National Historic Site/Park Weir Farm National Historic Site was established by Congress under the Public Law 101-485, 104 stat. 1171 (also know as the Weir Farm National Historic Site Establishment Act of 1990) on October 31, 1990 to preserve the life and work of landscape artist J. Alden Weir (1852-1919), one of the founders of the impressionist tradition in American Art. As described in the enabling legislation, the threefold purpose of Weir Farm NHS is to: - Preserve a significant site associated with the tradition of American Impressionism; - Maintain the integrity of a setting that inspired artistic expression; and - Offer opportunities for the inspirational benefit and education of the American people. Weir Farm NHS is one of only two sites within the national park system that focus primarily on art and it is the only park unit in the State of Connecticut. The Land of Nod was the name given to his property, now preserved as Weir Farm National Historic Site, by J. Alden Weir and his artist friends. Both Weir and Childe Hassam used the phrase to title works that were inspired by the local landscape.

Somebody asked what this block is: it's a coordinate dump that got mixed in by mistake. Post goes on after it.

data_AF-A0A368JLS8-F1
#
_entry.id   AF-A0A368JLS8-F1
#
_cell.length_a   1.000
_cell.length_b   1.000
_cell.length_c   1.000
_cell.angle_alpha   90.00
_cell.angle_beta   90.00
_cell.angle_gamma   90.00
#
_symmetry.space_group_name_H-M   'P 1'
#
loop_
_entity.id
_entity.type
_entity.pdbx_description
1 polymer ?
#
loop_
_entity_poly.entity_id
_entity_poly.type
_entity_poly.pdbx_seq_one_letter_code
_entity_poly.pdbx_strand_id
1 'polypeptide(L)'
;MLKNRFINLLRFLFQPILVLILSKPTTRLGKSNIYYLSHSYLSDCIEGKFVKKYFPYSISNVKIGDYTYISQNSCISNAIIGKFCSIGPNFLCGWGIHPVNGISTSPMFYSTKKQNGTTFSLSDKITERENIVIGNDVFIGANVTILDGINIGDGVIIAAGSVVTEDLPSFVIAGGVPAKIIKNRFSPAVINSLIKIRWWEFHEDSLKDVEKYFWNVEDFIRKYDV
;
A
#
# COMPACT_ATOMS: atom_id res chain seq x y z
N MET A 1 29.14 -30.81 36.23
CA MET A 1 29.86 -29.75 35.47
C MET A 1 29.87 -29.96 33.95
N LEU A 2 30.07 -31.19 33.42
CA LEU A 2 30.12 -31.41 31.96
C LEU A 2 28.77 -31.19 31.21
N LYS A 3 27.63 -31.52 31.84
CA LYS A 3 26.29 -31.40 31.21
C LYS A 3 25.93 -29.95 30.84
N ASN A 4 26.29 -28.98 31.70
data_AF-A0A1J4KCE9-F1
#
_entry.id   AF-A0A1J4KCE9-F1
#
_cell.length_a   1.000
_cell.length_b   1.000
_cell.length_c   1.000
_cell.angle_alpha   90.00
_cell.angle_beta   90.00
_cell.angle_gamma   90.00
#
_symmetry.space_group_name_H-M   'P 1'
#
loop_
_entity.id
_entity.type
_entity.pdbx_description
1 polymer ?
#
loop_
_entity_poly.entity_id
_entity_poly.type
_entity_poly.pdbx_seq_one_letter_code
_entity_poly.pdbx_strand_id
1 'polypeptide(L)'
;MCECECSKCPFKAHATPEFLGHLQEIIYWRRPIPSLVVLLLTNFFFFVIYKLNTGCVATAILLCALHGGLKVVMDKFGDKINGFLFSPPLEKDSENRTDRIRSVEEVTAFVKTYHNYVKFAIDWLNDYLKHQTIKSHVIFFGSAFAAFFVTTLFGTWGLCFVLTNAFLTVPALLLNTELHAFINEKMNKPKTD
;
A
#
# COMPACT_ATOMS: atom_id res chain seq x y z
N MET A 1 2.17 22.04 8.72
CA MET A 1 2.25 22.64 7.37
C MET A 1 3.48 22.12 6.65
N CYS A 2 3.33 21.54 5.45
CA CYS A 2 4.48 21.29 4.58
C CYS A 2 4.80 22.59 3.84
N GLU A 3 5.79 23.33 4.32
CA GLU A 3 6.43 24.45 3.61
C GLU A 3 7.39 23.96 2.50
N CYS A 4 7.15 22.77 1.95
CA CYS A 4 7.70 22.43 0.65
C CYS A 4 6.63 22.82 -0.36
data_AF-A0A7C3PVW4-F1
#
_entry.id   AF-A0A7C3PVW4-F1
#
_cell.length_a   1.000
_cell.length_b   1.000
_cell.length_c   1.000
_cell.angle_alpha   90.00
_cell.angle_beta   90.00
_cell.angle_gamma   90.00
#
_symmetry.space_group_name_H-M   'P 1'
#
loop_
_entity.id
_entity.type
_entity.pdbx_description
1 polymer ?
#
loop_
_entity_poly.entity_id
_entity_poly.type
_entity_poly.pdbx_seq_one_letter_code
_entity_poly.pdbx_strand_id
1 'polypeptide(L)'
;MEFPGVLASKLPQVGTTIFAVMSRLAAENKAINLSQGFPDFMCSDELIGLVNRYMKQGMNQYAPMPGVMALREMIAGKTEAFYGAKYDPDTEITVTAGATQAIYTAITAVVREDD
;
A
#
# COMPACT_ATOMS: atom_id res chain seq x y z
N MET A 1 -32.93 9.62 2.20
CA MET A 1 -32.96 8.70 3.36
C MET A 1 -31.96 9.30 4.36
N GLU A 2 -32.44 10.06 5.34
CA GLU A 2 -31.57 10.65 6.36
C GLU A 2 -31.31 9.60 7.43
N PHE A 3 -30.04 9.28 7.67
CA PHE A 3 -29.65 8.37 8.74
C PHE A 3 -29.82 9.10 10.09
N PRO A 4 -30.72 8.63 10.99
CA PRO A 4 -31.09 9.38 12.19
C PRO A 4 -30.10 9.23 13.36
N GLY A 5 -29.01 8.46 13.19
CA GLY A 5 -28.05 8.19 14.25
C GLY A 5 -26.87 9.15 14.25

Photographs by National Park Service, from Weir Fair web site, accessed 9/16/2011: http://www.nps.gov/wefa/index.htm
Aerial view from:
http://www.bing.com/maps/ accessed 9/16/2011.